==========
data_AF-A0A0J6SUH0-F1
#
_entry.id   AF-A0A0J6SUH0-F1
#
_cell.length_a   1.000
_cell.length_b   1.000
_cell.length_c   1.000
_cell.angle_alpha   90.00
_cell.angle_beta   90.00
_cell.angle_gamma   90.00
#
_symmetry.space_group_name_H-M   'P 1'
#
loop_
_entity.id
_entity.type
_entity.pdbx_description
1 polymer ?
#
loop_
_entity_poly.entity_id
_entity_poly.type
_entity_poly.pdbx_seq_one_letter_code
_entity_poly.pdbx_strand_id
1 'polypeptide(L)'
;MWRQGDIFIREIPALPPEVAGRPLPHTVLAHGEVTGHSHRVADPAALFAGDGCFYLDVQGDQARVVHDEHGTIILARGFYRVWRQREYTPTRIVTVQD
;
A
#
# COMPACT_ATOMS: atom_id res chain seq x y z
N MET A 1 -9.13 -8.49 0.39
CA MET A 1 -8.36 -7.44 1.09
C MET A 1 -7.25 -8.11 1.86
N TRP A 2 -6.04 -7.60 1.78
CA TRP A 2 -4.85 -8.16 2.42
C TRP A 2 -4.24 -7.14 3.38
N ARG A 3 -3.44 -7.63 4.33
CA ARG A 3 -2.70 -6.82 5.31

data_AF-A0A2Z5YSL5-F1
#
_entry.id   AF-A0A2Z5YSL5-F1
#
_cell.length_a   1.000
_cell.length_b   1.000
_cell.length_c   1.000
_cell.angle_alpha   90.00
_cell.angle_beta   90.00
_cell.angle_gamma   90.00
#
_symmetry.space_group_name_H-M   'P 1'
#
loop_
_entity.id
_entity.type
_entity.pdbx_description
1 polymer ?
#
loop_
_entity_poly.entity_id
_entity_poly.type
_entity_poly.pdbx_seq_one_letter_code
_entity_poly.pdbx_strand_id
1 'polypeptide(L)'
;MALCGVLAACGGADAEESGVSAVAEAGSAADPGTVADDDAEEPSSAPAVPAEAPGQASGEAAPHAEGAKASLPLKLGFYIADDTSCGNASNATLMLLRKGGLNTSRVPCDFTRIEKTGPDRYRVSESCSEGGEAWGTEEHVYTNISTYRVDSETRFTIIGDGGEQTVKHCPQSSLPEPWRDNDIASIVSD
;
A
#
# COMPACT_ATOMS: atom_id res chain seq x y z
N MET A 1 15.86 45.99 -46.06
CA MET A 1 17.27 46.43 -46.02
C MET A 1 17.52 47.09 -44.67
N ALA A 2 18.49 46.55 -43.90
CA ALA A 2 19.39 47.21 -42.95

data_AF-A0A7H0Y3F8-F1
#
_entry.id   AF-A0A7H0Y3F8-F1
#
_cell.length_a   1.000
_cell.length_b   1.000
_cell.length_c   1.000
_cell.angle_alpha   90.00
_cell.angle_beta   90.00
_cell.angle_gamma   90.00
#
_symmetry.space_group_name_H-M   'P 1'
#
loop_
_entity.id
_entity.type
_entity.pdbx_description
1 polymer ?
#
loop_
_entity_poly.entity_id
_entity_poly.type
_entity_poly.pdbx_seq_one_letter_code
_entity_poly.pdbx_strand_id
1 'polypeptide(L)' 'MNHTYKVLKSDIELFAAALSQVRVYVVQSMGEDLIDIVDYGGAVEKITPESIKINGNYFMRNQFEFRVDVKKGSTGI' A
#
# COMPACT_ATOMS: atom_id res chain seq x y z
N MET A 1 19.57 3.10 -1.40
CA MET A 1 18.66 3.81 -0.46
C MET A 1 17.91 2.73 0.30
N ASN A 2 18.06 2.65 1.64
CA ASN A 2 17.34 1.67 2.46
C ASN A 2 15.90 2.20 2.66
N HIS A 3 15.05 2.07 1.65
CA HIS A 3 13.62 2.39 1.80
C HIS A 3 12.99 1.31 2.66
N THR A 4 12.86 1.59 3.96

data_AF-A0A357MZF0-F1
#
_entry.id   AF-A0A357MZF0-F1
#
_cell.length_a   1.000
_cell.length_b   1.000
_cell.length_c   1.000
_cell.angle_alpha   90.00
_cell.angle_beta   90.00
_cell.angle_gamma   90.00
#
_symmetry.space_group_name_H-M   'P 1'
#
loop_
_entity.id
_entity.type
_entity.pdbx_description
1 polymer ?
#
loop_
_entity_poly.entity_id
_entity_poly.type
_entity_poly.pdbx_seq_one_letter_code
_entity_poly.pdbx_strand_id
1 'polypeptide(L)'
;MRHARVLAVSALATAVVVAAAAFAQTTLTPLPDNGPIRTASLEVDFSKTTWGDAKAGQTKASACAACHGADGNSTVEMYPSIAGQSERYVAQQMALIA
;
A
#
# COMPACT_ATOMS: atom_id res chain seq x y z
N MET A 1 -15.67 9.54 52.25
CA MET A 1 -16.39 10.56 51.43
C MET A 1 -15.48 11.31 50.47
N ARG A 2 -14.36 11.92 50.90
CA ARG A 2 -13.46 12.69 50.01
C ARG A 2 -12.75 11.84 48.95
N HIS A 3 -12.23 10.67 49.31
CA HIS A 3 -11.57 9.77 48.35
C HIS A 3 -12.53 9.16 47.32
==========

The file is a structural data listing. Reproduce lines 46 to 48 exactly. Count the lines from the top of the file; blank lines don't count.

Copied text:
_cell.angle_alpha   90.00
_cell.angle_beta   90.00
_cell.angle_gamma   90.00